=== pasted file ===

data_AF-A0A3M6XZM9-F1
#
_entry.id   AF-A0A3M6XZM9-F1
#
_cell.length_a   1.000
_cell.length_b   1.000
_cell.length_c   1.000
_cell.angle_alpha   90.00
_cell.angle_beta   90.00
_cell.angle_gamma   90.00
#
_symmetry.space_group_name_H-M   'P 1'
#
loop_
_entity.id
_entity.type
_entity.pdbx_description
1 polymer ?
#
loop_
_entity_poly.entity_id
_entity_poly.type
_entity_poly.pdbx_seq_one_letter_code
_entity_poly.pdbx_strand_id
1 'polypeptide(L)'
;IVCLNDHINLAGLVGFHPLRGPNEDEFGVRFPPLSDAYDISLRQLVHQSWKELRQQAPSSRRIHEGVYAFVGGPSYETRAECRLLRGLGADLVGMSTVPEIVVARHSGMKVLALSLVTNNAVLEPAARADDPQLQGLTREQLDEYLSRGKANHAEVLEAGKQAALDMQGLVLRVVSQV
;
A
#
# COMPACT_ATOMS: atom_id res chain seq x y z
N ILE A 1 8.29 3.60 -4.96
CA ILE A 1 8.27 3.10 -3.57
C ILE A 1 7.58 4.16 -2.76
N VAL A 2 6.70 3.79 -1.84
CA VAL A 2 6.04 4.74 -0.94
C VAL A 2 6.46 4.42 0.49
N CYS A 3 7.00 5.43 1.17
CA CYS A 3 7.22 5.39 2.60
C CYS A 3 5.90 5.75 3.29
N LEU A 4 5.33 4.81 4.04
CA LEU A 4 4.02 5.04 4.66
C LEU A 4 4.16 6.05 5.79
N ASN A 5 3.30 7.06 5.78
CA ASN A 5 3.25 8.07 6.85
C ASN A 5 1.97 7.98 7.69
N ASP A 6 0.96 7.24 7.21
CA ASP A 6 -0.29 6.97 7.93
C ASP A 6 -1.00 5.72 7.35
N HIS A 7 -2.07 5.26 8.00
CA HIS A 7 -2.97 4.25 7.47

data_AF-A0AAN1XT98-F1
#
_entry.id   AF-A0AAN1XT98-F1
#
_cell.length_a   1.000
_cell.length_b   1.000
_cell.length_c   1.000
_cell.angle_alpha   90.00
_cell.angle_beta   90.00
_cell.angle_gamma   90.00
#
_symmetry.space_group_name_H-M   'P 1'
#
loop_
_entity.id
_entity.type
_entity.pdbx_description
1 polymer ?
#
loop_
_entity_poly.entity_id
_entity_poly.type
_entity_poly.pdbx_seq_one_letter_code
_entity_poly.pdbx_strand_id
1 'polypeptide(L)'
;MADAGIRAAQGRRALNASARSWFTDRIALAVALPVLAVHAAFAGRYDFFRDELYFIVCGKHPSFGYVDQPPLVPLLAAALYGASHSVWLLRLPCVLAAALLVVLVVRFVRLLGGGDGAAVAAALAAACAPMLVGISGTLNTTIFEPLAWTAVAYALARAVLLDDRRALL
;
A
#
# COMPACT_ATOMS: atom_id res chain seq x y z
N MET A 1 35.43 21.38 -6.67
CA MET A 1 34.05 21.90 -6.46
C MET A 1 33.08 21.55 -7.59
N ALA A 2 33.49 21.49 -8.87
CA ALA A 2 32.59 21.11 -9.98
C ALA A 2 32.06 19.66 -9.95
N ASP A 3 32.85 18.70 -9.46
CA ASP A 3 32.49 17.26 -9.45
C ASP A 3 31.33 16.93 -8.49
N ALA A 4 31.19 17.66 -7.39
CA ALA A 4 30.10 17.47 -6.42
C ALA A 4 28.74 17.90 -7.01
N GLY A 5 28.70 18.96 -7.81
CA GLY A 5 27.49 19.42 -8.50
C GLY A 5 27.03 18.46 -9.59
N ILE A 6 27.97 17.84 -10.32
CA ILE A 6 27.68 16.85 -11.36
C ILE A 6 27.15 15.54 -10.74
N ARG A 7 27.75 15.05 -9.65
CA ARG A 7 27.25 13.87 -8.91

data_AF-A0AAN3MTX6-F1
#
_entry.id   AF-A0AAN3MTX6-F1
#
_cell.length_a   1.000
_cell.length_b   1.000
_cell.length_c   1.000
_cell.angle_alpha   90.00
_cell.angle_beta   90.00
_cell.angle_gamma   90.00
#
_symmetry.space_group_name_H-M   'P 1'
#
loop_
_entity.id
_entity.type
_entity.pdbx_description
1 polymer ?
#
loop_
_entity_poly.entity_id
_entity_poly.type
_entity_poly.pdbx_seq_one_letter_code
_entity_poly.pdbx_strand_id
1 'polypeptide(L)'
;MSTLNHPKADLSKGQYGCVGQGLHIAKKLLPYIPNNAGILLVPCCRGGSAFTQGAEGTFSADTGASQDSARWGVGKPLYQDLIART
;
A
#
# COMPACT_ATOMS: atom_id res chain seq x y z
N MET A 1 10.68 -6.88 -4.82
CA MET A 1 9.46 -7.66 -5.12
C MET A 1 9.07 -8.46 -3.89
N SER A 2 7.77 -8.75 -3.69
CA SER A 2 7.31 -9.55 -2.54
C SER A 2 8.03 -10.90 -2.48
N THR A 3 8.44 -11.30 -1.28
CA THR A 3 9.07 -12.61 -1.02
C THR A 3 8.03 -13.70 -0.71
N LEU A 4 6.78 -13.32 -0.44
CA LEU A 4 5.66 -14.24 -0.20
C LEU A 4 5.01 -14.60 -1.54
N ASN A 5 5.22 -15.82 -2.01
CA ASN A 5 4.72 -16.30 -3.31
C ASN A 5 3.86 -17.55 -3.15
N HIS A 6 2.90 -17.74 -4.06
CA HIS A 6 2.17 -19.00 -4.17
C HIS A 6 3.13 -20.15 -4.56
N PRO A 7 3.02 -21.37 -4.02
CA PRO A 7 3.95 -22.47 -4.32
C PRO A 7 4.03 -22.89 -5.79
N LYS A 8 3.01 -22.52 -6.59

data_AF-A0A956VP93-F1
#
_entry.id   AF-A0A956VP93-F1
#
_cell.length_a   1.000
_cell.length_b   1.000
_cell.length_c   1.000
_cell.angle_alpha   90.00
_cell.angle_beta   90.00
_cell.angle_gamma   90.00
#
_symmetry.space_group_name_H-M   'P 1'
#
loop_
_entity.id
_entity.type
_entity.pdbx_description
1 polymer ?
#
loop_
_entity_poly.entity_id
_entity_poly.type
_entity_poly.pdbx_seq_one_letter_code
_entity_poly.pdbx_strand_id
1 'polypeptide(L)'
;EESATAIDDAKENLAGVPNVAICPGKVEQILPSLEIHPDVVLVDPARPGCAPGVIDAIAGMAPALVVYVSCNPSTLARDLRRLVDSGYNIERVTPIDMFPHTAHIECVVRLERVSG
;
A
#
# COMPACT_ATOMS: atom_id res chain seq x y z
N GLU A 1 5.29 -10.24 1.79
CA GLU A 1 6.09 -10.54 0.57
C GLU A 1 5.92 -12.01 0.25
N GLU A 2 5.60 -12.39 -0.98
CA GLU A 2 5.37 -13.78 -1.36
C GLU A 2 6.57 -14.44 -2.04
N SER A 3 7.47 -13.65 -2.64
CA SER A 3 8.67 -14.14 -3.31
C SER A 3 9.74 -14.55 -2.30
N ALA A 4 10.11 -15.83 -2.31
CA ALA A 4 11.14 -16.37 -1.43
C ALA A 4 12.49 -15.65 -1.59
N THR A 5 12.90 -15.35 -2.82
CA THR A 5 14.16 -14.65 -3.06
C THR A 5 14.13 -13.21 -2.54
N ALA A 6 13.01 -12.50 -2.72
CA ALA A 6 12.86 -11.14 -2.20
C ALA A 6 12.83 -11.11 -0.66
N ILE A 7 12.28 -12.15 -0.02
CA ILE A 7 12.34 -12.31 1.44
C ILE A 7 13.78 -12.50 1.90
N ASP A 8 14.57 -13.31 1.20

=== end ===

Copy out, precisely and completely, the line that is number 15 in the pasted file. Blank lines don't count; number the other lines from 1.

_entity.id